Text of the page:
Federer’s career may near end after latest knee surgery

Federer%27s+career+may+near+end+after+latest+knee+surgery

Ryan Zheng and Pavan Pandurangi

After a long and grueling 2019 season, tennis phenom Roger Federer has decided that he will be sitting out of the next few competitions of the 2020 season. Federer, a 20-time Grand Slam champion, announced on Feb. 20 that he had undergone knee surgery and has chosen to take a rest. 

Federer described the nature of his injury and contemplated the future of his career in a post on social media.

After the procedure, the doctors confirmed that it was the right thing to have done and are very confident of a full recovery,” Federer said. 

He then went on to list the many tournaments he will be missing, which includes Dubai, Indian Wells, Miami, and an exhibition match in Colombia. He will also be missing the French Open in June, an event that he has also decided to sit out in previous years. Federer is expected to return for Wimbledon in July.

Over his illustrious career, Federer has accumulated numerous accolades, including being the only man to hold the #1 ATP rank for over 300 weeks and having the most number of ATP Finals titles. However, Federer is still yet to win an Olympic gold medal for the Men’s Singles event; his knee injury may be a leading factor that stops him from attaining this one title that has eluded him throughout his 22-year career.

With this new update and a long list of missed tournaments, fans of the tennis giant are right to wonder whether Roger’s career is coming to an end. Back in 2016, when Federer was closing in on 35 years of age, many followers announced that they believed he would be retiring, but after a riveting win in the 2017 Australian Open, the rumors were quieted and Federer was once again at the top of his game. Over the course of the 2017 season, Federer picked up a title at Indian Wells and Miami, earning him the privileged Sunshine Double. After taking the clay-court season off, Federer stormed through the grass-court season with victories in Halle and London, where he triumphed over Marin Cilic to gain his eighth Wimbledon title. He won the Australian Open once again in 2018 by subduing Cilic in the final and proved to the world that even at such an old age, he could still bring the best of his game.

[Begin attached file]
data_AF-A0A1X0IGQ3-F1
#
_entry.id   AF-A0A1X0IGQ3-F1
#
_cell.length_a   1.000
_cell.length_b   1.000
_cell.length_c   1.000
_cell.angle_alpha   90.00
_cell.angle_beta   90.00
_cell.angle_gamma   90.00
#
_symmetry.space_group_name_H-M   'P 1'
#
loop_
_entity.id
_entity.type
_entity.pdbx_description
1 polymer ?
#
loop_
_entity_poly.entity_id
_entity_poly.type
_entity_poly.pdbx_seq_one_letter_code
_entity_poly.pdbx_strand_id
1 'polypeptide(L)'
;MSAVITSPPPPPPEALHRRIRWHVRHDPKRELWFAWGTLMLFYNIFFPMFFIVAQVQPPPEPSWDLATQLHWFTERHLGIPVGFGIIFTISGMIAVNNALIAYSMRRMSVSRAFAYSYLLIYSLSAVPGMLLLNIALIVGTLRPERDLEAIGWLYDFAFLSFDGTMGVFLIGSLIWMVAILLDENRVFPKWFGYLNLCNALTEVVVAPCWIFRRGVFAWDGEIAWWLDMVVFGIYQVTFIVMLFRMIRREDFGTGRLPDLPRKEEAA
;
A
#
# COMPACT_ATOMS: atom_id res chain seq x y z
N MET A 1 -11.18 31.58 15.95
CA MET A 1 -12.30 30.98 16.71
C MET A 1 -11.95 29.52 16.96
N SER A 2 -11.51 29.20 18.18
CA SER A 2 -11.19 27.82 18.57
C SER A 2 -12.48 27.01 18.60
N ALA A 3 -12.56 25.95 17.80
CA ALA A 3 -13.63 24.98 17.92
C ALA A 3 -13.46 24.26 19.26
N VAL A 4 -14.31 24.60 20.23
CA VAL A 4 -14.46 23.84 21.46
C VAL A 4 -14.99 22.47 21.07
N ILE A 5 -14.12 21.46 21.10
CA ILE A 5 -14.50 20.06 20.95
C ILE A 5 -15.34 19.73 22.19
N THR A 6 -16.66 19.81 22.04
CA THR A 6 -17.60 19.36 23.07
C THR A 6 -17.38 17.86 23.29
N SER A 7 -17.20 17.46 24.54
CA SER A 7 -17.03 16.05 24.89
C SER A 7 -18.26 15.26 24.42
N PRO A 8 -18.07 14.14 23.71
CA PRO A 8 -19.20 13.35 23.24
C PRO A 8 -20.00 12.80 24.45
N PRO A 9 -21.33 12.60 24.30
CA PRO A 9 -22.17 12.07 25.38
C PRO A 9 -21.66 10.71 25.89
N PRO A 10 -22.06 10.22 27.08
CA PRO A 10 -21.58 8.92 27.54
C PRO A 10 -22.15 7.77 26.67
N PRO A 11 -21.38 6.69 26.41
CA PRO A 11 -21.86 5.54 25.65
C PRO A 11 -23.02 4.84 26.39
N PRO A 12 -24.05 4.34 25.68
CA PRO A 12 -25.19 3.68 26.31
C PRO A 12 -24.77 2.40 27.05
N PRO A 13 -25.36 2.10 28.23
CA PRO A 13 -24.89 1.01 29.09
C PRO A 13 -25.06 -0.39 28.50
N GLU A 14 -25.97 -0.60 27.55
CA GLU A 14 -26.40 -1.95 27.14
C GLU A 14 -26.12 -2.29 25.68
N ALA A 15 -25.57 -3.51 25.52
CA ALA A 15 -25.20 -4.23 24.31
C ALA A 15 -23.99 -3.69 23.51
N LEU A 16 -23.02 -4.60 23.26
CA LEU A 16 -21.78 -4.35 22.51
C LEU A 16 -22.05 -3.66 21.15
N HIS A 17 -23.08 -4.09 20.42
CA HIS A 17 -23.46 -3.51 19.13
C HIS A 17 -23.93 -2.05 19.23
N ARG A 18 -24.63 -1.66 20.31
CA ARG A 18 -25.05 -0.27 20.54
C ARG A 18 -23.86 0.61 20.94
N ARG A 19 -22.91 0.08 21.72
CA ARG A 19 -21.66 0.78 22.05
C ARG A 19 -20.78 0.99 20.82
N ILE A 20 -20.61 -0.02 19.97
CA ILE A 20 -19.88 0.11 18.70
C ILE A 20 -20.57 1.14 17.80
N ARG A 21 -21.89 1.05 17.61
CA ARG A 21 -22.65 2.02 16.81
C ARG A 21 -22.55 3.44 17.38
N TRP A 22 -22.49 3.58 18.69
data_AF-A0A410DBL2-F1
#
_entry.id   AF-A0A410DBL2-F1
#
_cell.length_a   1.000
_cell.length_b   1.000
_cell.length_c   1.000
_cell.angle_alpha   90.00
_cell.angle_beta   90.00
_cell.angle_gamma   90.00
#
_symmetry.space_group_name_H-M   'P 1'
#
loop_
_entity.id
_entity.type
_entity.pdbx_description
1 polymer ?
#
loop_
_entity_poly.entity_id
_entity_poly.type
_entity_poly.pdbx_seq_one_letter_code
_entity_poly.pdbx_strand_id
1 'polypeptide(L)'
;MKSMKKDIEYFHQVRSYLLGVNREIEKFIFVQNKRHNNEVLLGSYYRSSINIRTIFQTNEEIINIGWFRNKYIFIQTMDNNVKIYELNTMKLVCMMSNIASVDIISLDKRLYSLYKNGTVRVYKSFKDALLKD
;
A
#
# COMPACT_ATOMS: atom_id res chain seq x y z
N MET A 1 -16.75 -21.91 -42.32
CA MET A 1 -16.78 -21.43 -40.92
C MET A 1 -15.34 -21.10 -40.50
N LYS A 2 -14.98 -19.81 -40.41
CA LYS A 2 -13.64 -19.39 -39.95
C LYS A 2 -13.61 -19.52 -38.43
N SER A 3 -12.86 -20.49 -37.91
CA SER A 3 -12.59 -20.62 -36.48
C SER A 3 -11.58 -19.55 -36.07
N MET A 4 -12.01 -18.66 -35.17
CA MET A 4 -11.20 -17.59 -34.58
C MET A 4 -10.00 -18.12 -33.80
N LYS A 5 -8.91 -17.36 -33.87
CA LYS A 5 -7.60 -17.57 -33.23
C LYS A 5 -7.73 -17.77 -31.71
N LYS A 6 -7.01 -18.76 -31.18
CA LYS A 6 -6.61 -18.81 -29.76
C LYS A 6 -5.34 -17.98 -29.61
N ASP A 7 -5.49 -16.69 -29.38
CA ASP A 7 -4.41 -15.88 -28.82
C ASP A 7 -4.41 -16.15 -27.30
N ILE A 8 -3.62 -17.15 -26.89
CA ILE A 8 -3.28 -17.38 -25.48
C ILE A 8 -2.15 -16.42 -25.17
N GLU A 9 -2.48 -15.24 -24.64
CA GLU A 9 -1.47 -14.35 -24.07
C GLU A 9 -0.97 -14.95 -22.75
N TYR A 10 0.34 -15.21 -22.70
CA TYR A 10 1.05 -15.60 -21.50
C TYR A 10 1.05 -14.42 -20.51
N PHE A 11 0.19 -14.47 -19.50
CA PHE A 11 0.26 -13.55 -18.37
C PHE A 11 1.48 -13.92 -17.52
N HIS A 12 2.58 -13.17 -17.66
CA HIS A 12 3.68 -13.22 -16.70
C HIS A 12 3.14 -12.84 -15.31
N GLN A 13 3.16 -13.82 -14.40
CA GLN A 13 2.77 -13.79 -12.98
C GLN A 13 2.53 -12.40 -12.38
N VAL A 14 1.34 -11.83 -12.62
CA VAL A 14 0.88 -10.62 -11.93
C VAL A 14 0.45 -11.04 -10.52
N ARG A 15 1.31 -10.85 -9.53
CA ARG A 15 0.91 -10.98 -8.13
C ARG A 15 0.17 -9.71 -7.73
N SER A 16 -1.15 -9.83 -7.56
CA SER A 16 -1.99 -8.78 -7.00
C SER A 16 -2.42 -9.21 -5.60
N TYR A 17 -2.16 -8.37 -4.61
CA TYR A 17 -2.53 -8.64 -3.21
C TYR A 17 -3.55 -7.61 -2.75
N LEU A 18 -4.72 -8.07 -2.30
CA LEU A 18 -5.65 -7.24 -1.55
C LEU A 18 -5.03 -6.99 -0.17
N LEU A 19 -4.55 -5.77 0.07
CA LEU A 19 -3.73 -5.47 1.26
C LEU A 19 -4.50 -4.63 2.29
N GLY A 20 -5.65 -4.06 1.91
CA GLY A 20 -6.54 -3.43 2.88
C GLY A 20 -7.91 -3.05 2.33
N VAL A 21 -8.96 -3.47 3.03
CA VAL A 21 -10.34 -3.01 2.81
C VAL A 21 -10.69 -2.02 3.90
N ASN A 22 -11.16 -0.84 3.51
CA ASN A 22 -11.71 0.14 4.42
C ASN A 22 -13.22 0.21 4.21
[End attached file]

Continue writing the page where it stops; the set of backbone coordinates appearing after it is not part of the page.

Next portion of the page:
But this case is different. Federer has not won a grand slam since 2018, and his ranking is slipping. With incoming phenoms like Daniil Medvedev and Alexander Zverev, Federer is beginning to lose his ground in the larger tournaments.  At 38, he is beginning to succumb to the challenges of aging and has reported numerous injuries in addition to this most recent knee injury. These effects have been highlighted time and time again in recent grand slam matches, such as his near-losses against John Milman and Tennys Sandgren in the 2020 Australian Open. Despite this, sources say that Federer has long dismissed any retirement claims and will attempt a return to the top, starting with the 2020 grass season. 

With rivals Rafael Nadal and Novak Djokovic slowly catching up to Federer in terms of his grand slam count (19 and 17, respectively), Federer hopes to increase these slim margins at Wimbledon in July, where he must prove to the world that he still has what it takes to take on the best of the game.